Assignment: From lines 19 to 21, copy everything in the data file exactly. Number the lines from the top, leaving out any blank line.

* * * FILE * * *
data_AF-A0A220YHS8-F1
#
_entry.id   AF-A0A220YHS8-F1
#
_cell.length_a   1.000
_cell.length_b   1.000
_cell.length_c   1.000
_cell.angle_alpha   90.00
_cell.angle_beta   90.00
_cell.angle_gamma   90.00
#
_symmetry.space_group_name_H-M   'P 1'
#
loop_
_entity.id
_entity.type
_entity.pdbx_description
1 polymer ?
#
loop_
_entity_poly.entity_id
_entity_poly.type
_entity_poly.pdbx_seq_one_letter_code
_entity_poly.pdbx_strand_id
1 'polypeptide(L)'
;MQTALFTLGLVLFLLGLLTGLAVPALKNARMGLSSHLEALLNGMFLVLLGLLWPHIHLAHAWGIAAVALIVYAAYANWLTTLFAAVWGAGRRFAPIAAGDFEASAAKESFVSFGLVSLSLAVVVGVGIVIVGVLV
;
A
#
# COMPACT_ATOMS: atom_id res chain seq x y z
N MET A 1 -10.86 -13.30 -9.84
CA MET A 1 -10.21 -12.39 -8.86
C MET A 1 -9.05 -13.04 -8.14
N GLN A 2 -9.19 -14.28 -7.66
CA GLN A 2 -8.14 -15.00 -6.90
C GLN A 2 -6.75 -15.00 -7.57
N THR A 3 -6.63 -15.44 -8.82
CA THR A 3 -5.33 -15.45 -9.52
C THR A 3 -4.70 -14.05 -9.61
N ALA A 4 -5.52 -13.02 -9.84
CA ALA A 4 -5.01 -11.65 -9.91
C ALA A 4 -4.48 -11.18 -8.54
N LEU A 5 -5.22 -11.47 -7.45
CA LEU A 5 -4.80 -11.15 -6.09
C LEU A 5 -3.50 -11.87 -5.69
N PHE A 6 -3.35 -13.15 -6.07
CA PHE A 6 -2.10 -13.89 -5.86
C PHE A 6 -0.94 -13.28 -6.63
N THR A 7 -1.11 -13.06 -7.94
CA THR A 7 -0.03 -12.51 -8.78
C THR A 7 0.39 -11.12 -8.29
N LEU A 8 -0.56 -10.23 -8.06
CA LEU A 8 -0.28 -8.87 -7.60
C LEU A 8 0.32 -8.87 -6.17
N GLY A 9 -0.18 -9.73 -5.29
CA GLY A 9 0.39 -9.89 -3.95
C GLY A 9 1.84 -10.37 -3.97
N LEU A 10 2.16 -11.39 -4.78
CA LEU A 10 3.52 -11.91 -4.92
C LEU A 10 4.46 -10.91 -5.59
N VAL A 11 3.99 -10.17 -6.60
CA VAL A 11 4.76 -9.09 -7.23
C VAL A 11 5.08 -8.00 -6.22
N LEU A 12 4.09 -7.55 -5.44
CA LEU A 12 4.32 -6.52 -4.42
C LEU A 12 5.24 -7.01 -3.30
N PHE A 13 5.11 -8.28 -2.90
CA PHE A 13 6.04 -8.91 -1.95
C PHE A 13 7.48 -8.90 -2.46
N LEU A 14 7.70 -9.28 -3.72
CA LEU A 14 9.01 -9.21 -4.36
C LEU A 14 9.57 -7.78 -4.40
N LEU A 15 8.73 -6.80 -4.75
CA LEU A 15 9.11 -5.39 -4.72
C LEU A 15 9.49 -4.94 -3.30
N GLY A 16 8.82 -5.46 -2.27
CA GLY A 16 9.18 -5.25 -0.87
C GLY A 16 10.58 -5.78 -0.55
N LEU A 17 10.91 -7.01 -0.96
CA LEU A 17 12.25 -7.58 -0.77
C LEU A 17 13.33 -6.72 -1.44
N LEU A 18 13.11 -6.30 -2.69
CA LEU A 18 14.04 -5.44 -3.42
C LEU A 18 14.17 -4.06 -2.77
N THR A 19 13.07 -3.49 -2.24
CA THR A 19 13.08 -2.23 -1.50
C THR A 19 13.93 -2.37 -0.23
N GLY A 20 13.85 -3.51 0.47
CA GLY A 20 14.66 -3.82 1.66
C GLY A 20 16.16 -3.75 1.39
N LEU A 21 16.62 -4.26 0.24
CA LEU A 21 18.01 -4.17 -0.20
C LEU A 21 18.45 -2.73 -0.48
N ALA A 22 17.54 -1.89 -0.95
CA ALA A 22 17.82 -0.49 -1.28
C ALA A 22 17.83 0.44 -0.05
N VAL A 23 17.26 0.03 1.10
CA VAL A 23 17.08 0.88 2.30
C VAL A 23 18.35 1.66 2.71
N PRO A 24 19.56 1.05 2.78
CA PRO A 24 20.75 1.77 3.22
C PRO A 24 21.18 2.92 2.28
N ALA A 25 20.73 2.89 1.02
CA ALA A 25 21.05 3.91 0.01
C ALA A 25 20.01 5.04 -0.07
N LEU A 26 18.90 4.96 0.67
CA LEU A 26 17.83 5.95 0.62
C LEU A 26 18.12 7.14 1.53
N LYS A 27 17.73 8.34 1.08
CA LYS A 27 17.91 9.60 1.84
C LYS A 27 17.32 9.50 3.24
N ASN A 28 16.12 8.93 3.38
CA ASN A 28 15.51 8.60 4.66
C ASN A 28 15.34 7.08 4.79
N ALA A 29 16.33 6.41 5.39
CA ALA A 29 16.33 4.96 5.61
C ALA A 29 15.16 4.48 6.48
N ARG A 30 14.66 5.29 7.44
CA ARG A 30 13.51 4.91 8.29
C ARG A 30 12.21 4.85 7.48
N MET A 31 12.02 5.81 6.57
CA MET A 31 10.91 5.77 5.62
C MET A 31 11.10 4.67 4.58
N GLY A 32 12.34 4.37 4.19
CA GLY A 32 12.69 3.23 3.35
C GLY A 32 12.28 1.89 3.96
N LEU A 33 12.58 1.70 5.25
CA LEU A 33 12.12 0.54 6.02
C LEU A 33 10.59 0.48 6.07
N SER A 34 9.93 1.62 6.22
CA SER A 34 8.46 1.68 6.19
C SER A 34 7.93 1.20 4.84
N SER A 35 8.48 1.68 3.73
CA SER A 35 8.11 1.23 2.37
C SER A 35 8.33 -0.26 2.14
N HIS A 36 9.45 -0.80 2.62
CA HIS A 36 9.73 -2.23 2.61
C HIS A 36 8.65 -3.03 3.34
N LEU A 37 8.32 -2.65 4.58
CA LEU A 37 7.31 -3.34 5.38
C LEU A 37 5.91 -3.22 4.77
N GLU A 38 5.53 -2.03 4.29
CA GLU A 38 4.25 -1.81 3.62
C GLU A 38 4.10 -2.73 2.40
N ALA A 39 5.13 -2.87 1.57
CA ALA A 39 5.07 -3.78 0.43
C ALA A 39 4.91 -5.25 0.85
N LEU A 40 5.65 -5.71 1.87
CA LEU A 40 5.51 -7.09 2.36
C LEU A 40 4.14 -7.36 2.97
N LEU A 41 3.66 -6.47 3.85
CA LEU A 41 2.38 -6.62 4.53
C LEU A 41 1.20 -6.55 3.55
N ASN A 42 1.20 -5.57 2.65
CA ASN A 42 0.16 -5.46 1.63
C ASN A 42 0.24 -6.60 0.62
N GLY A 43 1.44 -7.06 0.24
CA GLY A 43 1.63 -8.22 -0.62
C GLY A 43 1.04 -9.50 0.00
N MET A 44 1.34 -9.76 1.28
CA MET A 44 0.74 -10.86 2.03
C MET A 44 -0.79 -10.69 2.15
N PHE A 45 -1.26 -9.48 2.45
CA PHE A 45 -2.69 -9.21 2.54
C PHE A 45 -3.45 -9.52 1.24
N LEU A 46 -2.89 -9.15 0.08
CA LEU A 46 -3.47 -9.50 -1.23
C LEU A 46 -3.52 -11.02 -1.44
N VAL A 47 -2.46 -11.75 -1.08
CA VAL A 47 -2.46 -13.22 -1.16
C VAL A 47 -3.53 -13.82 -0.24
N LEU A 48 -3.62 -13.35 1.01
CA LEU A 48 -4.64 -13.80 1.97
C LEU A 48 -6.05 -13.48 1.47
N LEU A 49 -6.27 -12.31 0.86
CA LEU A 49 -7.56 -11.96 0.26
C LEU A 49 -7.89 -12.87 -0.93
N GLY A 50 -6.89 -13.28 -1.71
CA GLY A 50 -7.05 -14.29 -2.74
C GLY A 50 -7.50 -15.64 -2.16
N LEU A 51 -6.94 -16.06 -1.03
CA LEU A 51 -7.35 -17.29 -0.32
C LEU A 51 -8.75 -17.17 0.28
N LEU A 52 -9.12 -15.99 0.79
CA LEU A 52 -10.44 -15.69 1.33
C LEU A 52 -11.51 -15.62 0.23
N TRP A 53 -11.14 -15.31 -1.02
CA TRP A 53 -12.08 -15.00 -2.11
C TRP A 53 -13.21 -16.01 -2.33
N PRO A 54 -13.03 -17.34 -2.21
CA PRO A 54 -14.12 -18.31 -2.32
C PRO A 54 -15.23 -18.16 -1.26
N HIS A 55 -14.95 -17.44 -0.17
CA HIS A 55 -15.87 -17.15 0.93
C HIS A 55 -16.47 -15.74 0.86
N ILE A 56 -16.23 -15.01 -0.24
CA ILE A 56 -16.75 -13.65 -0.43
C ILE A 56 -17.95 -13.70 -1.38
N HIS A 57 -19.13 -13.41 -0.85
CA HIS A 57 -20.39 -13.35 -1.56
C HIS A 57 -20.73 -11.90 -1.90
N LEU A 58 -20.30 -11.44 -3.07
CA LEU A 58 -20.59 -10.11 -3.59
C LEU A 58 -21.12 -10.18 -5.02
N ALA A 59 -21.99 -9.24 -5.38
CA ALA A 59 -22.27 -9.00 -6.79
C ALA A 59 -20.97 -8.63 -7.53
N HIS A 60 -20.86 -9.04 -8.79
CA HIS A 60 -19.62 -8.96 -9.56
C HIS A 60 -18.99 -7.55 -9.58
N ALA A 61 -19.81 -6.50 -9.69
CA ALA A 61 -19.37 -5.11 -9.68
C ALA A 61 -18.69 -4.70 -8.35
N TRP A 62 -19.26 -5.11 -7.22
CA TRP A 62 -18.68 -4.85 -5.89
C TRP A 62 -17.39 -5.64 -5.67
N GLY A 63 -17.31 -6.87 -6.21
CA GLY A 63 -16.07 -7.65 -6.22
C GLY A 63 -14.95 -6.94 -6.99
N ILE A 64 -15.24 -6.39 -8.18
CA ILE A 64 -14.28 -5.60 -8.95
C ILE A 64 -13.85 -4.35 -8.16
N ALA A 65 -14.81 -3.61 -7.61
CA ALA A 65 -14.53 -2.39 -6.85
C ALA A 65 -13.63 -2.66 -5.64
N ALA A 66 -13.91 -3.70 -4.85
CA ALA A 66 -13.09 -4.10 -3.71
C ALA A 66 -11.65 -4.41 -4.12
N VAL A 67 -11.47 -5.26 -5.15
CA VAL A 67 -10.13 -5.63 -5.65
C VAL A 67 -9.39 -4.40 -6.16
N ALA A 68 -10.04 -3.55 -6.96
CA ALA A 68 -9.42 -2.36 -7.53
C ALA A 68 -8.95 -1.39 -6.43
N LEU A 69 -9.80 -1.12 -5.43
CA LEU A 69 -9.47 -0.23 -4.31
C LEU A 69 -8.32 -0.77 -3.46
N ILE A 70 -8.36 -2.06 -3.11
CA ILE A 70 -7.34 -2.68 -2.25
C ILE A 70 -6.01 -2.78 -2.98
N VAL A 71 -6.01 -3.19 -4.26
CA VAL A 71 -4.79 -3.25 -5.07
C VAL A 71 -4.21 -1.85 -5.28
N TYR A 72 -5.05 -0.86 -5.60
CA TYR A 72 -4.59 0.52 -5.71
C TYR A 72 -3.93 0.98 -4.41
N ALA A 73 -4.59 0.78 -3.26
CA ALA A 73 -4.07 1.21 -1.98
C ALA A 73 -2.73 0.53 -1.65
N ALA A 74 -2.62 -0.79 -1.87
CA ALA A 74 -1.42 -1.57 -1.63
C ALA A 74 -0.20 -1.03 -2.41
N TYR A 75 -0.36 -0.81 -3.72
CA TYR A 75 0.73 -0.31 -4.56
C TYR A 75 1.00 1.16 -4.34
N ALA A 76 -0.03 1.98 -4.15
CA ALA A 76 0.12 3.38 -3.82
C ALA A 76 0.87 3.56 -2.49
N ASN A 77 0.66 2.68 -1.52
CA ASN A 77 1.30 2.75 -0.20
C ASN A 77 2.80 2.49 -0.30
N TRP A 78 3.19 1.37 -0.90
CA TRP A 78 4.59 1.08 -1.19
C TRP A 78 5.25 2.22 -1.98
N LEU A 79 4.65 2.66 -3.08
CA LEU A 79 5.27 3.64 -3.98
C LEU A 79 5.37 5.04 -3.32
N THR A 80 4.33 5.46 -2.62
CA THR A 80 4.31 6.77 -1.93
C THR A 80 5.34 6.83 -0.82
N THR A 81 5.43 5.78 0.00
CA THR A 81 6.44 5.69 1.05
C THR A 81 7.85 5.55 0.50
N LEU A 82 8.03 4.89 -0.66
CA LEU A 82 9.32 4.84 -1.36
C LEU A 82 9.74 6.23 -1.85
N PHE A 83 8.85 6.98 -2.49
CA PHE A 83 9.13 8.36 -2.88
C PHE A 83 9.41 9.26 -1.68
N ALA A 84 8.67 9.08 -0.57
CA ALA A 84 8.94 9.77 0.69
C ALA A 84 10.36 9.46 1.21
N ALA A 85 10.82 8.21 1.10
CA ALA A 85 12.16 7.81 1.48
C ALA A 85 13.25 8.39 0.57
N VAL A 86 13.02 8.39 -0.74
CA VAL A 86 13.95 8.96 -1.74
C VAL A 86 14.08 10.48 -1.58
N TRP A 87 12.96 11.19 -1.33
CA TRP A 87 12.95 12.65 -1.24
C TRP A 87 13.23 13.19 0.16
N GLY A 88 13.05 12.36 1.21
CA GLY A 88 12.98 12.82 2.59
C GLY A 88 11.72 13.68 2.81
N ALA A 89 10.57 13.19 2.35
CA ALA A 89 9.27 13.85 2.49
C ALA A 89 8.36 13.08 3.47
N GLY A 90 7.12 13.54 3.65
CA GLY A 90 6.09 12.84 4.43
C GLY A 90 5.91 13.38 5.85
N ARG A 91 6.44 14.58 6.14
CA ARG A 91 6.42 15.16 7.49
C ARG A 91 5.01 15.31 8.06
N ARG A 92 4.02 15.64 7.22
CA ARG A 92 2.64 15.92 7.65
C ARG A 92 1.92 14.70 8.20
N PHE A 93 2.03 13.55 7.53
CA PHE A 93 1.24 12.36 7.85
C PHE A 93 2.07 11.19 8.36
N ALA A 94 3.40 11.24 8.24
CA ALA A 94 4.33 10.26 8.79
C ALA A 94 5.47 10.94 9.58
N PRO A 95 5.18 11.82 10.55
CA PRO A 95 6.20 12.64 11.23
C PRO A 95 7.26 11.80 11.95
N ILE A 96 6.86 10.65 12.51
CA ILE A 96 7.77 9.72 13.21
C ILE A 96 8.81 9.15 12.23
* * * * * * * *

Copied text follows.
#
loop_
_entity_poly.entity_id